Thursday, July 2, 2009

Four Questions for… Elizabeth Kennedy

In The Eight and American Modernisms (my review here), Elizabeth Kennedy, Curator of Collection at the Terra Foundation for American Art, tries to reposition The Eight within the history of American modern art. Along with her fellow essayists, Dr. Kennedy tries to toss the terms “The Ashcan School” onto the dustbin of art history for good. Dr. Kennedy also graciously agreed to answer a few questions regarding The Eight for a new feature at Art Blog By Bob, Four Questions for…

ABBB: In The Eight and American Modernisms, you go out of your way to minimize the use of the term “Ashcan School.” I’m as guilty as anyone of using the two labels synonymously. Do you think that the “Ashcan School” label deserves a full retirement?

Dr. Kennedy: Since the catchy phrase “Ashcan School” was coined in 1934, it has caused much mischief in coming to terms with the painterly qualities of The Eight’s body of work as well as veiling the importance of them as early American modernists. The journalistic and commercial endeavors of the Philadelphia Four (Glackens, Luks, Shinn and Sloan), however, are somewhat connected to the concept of “realistic” portraying street life. The true connection to the term is Sloan’s 1905 etchings series of New York, which depict scenes that are alternatives to American academic artists’ genteel subjects.

For me, it is the careless mixing art and politics that is implied in the term “Ashcan,” invented during the Great Depression, which does a disservice to these artists’ ambitions to be “modern painters of one kind or another.” As early as 1907 Henri touted their differences (therefore, no school), and Sloan, until his death in the 1950s, disputed any political agenda for myself, who was at one time a socialist and a cartoonist for The Masses, or the other artists. In summary, there was no “social or political” agenda attached to these artists’ works of art.

ABBB: You chose Robert Henri’s Betalo Nude (1916) for the cover of The Eight and American Modernisms, which earned me several offended (and several lingering) stares while reading it on my commute. Do you feel that The Eight’s approach to the nude positions them closer to European modernism? If so, does that make them less “American”?

Dr. Kennedy: The human form is at the center of the western art tradition. The plethora of nude females pictured in US art after the 1860s continues until today. Art historian Kenneth Clark’s celebrated The Nude: A Study in Ideal Form (1972) makes the distinction between the “nude” and the “naked” model, which is an important difference to make for American art in the first decades of the 20th century. If the female nude form was idealized, then it could be accepted as a work of art; a realistic portrayal was problematic. While at the turn of the century, paintings of female nudes were found in American art exhibitions, but they were not as frequent as the French salons.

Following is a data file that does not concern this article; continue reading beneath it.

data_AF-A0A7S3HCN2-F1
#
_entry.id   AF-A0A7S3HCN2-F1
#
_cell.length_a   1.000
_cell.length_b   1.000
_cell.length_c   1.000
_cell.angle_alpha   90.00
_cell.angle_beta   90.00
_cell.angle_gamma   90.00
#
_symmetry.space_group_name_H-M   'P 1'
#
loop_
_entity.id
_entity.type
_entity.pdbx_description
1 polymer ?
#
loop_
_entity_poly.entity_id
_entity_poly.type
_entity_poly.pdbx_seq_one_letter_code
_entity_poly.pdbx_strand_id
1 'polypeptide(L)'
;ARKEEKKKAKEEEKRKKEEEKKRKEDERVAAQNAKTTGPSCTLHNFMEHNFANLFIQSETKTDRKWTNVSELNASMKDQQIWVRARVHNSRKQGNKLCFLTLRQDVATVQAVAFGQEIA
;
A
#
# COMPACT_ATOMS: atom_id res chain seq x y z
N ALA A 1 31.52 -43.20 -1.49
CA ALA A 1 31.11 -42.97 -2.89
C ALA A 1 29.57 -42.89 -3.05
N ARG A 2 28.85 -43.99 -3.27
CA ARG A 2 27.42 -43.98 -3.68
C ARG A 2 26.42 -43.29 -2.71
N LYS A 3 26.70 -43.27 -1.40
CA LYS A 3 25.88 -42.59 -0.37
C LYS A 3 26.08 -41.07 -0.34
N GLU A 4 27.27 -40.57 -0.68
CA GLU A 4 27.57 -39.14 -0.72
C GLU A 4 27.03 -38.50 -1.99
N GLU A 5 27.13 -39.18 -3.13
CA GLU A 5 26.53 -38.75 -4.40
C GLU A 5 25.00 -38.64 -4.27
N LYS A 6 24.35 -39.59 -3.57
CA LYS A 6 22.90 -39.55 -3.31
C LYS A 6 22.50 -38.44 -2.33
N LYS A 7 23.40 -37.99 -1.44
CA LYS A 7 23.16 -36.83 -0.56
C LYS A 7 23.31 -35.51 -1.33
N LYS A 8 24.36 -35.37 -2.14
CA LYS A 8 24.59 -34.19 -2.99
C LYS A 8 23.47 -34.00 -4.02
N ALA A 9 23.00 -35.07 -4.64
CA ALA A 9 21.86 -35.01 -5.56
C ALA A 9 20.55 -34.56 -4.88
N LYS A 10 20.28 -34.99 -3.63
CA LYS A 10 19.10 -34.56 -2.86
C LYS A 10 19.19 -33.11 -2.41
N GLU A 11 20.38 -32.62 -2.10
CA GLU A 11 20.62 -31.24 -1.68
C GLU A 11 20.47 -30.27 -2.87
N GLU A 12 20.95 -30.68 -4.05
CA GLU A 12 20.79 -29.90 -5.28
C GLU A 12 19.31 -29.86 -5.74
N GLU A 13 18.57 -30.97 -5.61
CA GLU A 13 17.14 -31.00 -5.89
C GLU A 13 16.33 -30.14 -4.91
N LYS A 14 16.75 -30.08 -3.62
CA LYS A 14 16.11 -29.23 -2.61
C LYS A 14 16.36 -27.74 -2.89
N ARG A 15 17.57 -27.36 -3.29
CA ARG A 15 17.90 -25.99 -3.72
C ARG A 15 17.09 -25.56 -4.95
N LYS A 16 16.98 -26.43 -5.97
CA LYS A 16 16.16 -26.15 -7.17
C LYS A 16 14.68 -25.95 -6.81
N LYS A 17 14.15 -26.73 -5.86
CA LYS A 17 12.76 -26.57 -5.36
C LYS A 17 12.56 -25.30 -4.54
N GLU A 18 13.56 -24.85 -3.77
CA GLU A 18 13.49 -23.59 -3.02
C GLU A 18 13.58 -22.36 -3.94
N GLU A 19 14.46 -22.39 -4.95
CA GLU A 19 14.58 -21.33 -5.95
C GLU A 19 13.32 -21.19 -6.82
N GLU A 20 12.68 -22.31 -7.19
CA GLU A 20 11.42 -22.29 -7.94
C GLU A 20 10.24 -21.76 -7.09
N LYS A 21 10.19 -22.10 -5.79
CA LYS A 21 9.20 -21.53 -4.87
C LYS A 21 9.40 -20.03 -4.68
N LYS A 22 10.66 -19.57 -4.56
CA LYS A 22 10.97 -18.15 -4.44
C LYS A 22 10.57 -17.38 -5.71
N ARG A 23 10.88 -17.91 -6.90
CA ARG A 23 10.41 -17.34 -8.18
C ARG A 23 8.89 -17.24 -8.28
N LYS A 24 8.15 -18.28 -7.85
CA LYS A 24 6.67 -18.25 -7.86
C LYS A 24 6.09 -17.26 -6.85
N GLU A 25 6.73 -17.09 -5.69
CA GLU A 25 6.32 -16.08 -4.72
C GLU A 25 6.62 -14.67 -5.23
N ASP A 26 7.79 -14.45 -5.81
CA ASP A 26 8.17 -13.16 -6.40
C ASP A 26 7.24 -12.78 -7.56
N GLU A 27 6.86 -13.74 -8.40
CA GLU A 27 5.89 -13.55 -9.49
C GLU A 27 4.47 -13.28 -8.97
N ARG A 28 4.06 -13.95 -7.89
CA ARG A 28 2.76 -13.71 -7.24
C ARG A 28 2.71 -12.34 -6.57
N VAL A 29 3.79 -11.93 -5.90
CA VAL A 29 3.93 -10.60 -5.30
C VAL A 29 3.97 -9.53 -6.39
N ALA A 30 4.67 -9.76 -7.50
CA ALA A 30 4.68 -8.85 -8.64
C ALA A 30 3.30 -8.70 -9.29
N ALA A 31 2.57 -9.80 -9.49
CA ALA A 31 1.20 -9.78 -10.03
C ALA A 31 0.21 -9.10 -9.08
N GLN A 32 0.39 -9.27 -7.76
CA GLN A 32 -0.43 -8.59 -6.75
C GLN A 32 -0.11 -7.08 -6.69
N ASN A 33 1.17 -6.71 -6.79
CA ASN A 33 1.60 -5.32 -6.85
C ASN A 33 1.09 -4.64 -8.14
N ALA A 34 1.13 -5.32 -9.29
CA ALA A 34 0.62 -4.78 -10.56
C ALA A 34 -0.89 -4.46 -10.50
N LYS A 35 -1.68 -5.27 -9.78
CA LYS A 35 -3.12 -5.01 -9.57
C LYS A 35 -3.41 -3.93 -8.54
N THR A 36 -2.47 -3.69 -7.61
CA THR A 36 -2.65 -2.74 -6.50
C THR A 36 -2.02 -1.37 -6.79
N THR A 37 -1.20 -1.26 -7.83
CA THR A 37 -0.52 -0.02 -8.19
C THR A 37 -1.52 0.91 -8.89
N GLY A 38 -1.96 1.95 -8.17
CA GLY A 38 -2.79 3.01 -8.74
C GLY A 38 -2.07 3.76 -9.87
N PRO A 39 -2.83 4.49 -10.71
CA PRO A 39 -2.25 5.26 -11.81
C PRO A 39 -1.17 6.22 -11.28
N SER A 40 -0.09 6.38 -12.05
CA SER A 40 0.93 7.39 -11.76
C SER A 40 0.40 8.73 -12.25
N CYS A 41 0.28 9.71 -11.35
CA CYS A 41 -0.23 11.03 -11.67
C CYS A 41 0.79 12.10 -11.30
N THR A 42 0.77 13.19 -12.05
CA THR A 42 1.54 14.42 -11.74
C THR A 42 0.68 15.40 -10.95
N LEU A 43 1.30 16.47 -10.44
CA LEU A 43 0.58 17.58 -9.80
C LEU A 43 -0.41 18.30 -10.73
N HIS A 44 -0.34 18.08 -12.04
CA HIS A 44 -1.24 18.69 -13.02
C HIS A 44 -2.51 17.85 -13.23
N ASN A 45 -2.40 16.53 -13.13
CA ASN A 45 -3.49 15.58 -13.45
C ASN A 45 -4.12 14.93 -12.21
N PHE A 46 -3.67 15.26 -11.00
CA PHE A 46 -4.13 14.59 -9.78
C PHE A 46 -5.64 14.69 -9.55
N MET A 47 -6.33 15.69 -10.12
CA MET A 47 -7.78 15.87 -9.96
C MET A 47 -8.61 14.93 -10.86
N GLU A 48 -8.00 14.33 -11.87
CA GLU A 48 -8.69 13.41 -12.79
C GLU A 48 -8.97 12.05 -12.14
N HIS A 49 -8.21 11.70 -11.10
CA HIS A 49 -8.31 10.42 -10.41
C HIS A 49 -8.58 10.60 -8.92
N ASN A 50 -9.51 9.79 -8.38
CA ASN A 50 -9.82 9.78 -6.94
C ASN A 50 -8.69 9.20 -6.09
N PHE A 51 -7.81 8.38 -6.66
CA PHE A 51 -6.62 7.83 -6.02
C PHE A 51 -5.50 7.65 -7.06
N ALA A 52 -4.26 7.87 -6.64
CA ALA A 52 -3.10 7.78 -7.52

20th century avant-guard European art distorted the body—in color by Fauvist artists or in shape by cubists. Henri achieved his own ideas through the use of theories and inspiration—with no need to impose a national identity. The Betalo Nude is gorgeous because of the color harmonies used to create a shape that happens to be a body. Of course, a natural fission arises from viewing nudity but there are other paintings of nude women that do not have the same impact. Henri’s created an exceptional painting because if its color and composition.

ABBB: As The Eight and American Modernisms shows, the styles and personalities of the artists falling under that banner differ greatly. Is there one artist who stands out from the rest for you personally?

Dr. Kennedy: My favorite member of The Eight is Maurice Prendergast because of his willingness to explore unconventional ideas and, yet, when he found his original style that expressed his creativity he remained focused on his mission. His story is inspiring because eventually others, the important modern art collectors and artists, realized his brilliance. Nevertheless, he is an underappreciated modernist because he did not “fit the Ashcan” label nor did he preach a “mantra of modernism” in the style of Alfred Stieglitz or Thomas Hart Benton. Prendergast arose each morning and went to his studio to work and left behind some of the most beautiful paintings ever made.

ABBB: When The Eight whittled their number down to eight, they left Jerome Myers and George Bellows most notably outside the fold. Like the legendary “Fifth Beatle,” who would you nominate for the “Ninth” Eight? Are there any women candidates for the position?

Dr. Kennedy: If there had been a 9th artist, it should have been Herni’s protégée George Bellows. Bellows was an exceptionally inventive painter, whose brightly colored palette of men at work upset the “Ashcan” label—nothing gloomy about these New York streets. Bellows’ later portraits and nudes are equally exceptional for their technique and inventiveness. His work before his untimely death was verging on the surreal.

[Many thanks to Dr. Kennedy for her gracious and thoughtful answers.]

1 comment:

Crowley said...

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